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Atkins leaders won’t say why they censured a council member
Censured member says it’s payback for opposing $92K city administrator hire
The Atkins City Council voted last week to censure a council member who opposed hiring a city administrator for $92,000, but another council member says those things are not related.
The five-member council voted Dec. 21 on a resolution for a public censure of Julie DeMeulenaere, who has been on the council since March, KCRG-TV reported last week.
The resolution was not included with the online meeting agenda and Mayor Bruce Visser declined Monday to answer questions about what caused the censure. City Attorney Ryan Tang stated at last week’s meeting the censure was related to litigation, so city officials couldn’t comment, KCRG reported.
DeMeulenaere provided The Gazette a copy of a short letter Visser sent her Dec. 21. The letter says DeMeulenaere may have violated state ethics standards for elected officials, “communicated with City employees in an inappropriate manner” and “made defamatory statements about employees”-- but then doesn’t describe her alleged action or actions.
“I think this is payback from not wanting to hire a city administrator,” DeMeulenaere told The Gazette.
The council vote Oct. 4 to approve a contract for a new city administrator at a salary of $92,000 a year for two years. The council promoted City Clerk Kelly Groskurth into the new role. DeMeulenaere was one of two council members to vote against the new position, according to minutes from the Oct. 4 meeting.
“I did not believe we need a city administrator for 2,000 people,” she said Monday. “If we start getting bigger, absolutely. Typically a town of 2,000 doesn’t have a city administrator.”
A consultant report also recommended against hiring a city administrator at this time, she said.
Three council members — Heather Rinderknecht, Robert Spading and Joey Svejda — are ending terms on the board at the end of the month. DeMeulenaere suggested they postpone the decision until the new council convenes, but she was overruled. She also proposed lowering the salary to $70,000 with a one-year contract, but other members did not agree, DeMeulenaere said.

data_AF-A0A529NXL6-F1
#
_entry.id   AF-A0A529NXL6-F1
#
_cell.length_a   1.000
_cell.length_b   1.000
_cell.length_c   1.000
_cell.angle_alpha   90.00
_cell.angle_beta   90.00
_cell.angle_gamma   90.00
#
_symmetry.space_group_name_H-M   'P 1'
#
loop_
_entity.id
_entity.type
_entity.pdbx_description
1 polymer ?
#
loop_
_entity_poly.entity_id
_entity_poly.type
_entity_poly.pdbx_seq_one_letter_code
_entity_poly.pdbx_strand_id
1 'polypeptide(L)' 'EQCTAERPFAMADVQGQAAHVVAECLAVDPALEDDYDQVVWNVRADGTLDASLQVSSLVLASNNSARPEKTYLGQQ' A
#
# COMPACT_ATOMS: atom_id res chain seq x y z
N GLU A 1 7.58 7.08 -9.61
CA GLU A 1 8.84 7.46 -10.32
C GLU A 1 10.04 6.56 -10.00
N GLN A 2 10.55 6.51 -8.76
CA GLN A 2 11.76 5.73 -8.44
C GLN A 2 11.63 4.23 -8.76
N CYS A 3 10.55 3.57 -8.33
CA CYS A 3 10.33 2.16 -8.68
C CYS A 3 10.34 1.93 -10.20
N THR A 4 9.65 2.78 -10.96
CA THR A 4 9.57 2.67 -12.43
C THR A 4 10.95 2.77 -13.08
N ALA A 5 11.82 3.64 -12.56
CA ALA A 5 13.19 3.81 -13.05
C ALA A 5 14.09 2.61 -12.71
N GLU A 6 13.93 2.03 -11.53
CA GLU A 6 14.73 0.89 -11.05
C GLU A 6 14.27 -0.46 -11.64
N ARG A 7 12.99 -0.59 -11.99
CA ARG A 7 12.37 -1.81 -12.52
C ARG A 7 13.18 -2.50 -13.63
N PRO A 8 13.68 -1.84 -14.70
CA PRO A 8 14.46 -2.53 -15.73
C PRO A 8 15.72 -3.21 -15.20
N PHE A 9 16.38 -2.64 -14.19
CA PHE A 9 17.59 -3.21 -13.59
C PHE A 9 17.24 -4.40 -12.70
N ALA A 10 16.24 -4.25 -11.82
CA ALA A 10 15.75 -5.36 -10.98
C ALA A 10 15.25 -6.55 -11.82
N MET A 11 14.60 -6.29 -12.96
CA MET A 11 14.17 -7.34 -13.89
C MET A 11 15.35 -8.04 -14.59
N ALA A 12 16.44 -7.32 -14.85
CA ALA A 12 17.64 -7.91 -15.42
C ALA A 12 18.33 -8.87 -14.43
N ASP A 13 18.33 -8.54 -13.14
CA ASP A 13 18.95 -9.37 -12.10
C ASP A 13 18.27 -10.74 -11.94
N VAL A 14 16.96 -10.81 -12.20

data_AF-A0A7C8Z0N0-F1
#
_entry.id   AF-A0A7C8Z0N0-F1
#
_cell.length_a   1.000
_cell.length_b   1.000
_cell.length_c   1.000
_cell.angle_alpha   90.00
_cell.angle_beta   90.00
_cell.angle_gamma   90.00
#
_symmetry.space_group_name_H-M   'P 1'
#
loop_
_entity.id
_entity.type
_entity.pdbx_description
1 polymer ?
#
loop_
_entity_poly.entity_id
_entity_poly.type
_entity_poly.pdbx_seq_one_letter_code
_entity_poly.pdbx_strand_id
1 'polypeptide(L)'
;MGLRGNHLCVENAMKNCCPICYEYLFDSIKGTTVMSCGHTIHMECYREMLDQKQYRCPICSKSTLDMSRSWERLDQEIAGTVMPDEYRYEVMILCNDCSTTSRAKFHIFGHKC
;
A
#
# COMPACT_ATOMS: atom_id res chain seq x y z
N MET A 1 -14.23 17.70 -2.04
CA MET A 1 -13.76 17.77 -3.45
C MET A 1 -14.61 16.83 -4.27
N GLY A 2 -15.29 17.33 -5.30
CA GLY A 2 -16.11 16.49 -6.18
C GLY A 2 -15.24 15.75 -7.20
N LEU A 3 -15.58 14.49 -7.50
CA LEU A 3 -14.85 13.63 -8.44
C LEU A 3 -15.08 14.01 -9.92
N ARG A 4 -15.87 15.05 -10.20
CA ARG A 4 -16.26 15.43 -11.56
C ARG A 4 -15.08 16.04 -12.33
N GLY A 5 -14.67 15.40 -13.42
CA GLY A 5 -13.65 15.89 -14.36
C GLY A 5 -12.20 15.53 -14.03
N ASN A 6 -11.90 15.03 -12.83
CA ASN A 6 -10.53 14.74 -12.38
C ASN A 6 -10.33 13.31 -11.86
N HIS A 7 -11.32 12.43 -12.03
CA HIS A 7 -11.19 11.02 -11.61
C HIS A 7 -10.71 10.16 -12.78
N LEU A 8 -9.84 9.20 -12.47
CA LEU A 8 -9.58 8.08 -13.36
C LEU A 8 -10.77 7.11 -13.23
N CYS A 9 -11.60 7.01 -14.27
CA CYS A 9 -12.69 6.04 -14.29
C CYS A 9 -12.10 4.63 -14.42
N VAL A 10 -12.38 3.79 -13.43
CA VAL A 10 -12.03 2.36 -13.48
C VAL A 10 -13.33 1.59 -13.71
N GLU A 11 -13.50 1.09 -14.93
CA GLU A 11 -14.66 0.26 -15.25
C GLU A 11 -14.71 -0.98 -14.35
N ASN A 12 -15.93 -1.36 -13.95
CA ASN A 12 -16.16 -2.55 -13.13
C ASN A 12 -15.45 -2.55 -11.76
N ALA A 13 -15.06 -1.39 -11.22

Svejda, who is moving to Marion and will leave the Atkins board after serving since 2018, told The Gazette on Monday the censure against DeMeulenaere is not related to her October vote.
“It’s not about hiring the city administrator,” he said. “There is some legal stuff.”
DeMeulenaere said she doesn’t know what her colleagues mean about litigation and says she’s not pursuing a lawsuit. But DeMeulenaere has been frustrated by delays in getting documents she’s requested from the city.
“Have I made a couple comments? Yes, I have,” she said. “But it comes out of frustration for not getting my documents. They talk about litigation, but the city attorney is supposed to protect them, but also protect me.”
The other council member to vote against the city administrator contract was Lana Robison, whose term was to expire in 2023 but who turned in her resignation this month. The council will meet Thursday to vote on someone to fill the remainder of Robison’s term.
Robison, reached by phone Monday, said she is resigning for health reasons and it is not connected to DeMeulenaere or any other council matter. She declined to speak further about the censure.
Svejda said he thinks Atkins needs a city administrator to help with growth and Groskurth is worth the money.
“She’s the best thing that’s ever happened to this city, I can guarantee it,” he said.
Atkins, in Benton County, was hit hard by the derecho, losing 70 percent of its trees and sustaining $2 to $3 million damage to city-owned facilities, Svejda said. Visser and Groskurth have applied for Federal Emergency Management Agency money and other grants to support recovery and to recruit new businesses, he said.
“Our mayor doesn’t get paid, but he’s been near working a full-time,” he said.
The $92,000 salary, while far higher than city administrator pay in similarly-sized Iowa towns, “is an investment,” Svejda said. “She’s got us a lot of grants we didn’t know we could get. I’m 100 percent behind my decision.”
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